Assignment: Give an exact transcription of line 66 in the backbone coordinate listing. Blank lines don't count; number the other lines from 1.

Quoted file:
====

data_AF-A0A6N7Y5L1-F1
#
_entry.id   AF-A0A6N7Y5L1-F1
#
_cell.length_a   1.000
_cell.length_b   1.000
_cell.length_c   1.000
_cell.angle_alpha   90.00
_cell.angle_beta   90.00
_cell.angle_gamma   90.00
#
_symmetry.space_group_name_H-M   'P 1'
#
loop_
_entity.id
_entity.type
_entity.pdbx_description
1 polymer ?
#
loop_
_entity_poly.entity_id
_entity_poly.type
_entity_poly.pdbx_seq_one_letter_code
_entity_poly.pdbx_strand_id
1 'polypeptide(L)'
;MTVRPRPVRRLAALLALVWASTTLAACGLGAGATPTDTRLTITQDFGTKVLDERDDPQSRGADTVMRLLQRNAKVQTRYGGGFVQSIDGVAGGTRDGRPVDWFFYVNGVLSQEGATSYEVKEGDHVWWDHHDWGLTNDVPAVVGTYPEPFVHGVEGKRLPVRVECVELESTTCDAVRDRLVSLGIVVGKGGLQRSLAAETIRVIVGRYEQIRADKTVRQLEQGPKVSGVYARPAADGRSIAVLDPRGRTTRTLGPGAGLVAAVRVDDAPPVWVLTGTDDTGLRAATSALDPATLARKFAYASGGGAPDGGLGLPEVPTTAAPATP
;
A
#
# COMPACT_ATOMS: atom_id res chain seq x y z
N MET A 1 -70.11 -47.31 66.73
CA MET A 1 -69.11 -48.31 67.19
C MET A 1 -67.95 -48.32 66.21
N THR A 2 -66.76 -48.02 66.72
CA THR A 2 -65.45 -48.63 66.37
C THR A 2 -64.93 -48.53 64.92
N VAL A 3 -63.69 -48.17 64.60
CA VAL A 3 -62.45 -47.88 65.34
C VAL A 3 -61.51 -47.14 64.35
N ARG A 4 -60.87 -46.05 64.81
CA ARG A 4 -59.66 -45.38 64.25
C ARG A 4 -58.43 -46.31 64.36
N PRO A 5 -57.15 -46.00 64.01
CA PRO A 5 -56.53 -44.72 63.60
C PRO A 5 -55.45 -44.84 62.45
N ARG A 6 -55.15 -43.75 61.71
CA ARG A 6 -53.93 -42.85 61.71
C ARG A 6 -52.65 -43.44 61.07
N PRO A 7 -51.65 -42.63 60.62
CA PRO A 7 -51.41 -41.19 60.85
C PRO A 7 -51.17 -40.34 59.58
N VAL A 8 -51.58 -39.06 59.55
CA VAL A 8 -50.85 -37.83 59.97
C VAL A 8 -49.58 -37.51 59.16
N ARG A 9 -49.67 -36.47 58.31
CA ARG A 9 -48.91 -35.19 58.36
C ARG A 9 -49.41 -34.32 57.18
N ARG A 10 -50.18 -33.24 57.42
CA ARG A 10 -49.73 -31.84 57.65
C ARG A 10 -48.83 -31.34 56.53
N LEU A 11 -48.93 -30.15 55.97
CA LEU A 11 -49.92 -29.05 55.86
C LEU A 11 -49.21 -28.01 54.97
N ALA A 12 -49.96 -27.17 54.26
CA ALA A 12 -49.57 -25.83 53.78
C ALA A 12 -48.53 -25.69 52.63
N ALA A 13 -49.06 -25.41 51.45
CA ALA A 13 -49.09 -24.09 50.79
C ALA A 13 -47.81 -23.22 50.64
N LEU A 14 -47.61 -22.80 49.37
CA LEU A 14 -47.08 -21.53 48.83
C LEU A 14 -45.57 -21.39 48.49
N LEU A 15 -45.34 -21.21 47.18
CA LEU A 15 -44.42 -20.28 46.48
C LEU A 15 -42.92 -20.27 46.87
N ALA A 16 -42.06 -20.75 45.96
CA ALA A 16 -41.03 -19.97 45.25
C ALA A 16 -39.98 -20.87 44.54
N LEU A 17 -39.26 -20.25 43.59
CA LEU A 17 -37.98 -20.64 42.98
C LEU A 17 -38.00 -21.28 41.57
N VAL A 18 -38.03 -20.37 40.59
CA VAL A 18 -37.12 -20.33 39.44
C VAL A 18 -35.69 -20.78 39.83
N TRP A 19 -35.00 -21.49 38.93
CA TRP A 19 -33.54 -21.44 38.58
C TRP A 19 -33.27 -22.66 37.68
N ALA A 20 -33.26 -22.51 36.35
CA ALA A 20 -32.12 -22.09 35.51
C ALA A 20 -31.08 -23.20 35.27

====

C ALA A 12 -48.53 -25.69 52.63